The Convention on the Rights of the Child relates:
The child should be fully prepared to live an individual life in society, and be brought up in (…) the spirit of peace, dignity, tolerance, freedom, equality and solidarity. [And further affirms]: Due account should be taken of the importance of the traditions and cultural values of each people for the protection and harmonious development of the child.
“Learning to Live Together” teaches us that the key to all learning is “experience”, our best teacher. In a world of complex realities, contrasting values, so-called truths that are conflicting, and disconcerting alternatives that compete for loyalty, there is an imperative concern for resources that enrich children, equipping them to make the proper decisions for their needs. From this prospective, ethics are essential in helping us discern and respond to the connectedness of all life, and are useful in fostering human values, and in building and fostering a sense of community.
Most of the traditional religions in Africa have a saying: “A person is a person only in relation to other persons”. Precisely, given this connectedness, the authors of “Learning to live together” look for ethical values that help children develop a sense of community, not only with those in their immediate surroundings, but also across ethnic, national, racial, cultural and religious barriers.
In 2005, UNESCO identified some universal values of personal development that enable the child to transcend cultural boundaries. These values, linked with personal growth, would aid during the childhood years in relating with others and with the world around them in a creative way. From these values there can be found: the nurturing of the child´s self esteem, encouraging his /her capacity to make decisions and to assume responsibility of them; developing the capacity to make fair decisions; the readiness to respect others and their points of view and the willingness to make commitments and keep them.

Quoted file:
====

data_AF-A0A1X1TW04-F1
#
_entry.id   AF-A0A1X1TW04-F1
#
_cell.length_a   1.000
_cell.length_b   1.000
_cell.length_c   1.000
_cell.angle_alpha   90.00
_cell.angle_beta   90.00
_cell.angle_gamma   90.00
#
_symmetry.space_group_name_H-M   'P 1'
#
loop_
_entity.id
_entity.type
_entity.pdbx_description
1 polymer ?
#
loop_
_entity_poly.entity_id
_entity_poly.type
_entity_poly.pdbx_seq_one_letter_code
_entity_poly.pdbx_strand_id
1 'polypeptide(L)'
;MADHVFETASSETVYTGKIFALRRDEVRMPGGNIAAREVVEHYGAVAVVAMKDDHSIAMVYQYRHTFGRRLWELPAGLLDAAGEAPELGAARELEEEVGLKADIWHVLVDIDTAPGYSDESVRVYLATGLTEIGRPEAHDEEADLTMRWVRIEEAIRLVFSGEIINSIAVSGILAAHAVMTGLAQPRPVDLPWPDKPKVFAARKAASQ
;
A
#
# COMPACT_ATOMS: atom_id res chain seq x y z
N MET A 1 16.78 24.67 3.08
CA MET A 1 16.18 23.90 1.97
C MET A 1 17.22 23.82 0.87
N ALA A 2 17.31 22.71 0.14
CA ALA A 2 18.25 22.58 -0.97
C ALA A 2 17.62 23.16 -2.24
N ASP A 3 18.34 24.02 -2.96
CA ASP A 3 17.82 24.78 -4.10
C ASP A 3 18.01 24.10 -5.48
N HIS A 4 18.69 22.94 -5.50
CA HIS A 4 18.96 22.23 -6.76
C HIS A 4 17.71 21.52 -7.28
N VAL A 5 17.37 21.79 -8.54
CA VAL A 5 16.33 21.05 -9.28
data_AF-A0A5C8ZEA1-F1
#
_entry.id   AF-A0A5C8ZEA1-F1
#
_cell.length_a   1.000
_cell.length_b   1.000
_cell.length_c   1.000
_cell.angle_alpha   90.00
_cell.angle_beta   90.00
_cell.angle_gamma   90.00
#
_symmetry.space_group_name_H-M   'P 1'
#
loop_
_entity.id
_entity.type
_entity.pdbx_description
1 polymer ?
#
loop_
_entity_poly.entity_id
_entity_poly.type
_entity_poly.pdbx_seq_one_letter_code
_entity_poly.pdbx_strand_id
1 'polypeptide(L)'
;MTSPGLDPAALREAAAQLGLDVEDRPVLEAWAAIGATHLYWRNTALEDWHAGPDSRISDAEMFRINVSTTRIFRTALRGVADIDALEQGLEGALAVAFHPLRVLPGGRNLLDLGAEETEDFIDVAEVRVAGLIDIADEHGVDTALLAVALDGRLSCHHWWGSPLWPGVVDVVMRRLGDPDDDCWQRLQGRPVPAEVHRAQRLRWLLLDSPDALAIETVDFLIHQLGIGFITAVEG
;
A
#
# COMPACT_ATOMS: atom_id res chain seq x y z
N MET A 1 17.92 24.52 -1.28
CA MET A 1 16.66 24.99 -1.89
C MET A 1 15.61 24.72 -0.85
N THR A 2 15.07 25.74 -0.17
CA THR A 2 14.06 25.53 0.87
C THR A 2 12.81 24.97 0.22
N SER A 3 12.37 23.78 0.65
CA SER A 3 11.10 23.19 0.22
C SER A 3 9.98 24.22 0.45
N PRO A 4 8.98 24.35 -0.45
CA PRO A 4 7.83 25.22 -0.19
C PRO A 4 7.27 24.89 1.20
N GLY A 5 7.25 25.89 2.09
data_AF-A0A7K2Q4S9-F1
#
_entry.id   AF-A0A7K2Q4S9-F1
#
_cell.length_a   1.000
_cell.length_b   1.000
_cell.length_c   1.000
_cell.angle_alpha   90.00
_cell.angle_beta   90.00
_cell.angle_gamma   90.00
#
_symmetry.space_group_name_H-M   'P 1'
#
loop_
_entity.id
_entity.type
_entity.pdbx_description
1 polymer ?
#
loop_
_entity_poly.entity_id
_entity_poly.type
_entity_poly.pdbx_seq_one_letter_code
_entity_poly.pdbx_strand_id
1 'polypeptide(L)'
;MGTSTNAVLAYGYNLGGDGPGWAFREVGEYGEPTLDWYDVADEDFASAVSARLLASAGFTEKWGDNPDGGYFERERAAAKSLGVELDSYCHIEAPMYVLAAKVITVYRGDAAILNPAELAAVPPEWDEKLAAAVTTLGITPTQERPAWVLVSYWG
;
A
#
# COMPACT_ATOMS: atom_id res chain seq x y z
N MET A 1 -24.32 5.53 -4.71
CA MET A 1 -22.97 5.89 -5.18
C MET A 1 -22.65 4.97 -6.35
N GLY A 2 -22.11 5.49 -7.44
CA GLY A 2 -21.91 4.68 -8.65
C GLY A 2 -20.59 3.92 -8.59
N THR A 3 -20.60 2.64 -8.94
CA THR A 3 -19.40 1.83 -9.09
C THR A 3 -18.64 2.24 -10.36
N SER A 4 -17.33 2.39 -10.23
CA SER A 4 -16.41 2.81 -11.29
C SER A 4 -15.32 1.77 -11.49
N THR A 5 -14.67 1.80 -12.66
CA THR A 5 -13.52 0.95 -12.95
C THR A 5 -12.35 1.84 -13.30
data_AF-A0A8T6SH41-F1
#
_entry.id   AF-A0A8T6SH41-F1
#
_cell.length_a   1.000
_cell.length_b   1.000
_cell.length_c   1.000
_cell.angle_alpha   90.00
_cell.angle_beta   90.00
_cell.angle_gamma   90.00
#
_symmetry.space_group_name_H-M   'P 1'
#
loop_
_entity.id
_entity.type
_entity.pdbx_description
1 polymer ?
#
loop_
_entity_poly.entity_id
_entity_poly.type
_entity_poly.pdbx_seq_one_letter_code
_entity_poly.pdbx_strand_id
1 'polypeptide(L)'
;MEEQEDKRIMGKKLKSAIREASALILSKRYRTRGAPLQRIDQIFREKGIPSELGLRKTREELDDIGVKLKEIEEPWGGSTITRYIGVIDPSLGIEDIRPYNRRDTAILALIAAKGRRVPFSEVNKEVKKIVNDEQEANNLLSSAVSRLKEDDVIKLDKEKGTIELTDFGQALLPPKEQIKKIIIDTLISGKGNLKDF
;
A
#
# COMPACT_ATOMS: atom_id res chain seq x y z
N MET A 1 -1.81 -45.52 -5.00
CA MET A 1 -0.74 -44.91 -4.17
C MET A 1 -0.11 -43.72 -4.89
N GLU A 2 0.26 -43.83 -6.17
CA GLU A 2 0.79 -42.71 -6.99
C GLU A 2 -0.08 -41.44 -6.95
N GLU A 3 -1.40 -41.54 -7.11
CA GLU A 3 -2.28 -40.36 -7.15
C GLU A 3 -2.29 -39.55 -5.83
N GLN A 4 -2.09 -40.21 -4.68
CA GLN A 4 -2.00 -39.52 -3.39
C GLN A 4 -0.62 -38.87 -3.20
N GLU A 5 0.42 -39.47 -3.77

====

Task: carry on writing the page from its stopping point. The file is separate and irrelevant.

We know that the respect for oneself and one´s self esteem is fundamental; not only does selfrespect help us earn the respect of others, it also constitutes the basis of respect to others. From this perspective, “Growing Up Global” and “Learning to Live Together” highlight respect as an indispensable value that should cover and transcend all our relationships. The concept of mutual respect is important in the way that it affirms differences and does not confuse the difference with the logic that imposes dissymmetry and inequality, in terms of error or inferiority. From this prism, respect prevents the natural, legitimate and circumstantial differences from becoming splits or insurmountable divisions. “I am who I am and my circumstances” – J. Ortega y Gasset reminds us -. Mutual respect increases after obtaining a further understanding of others and of ourselves in relation to one´s individual and social history. In this way, respect is a virtue and a value because it contains in itself the possibility that we can establish relationships not only in spite of our differences, but beginning from them. Respect also permits us to “learn from the experience of meeting and linking with others” and to develop our critical sense, which guides our capacity to decide. This capacity, at the same time, requires courage and bravery to put “the courage to choose” into practice. The Spanish philosopher Fernando Savater, in his book, “The Courage to Choose” states: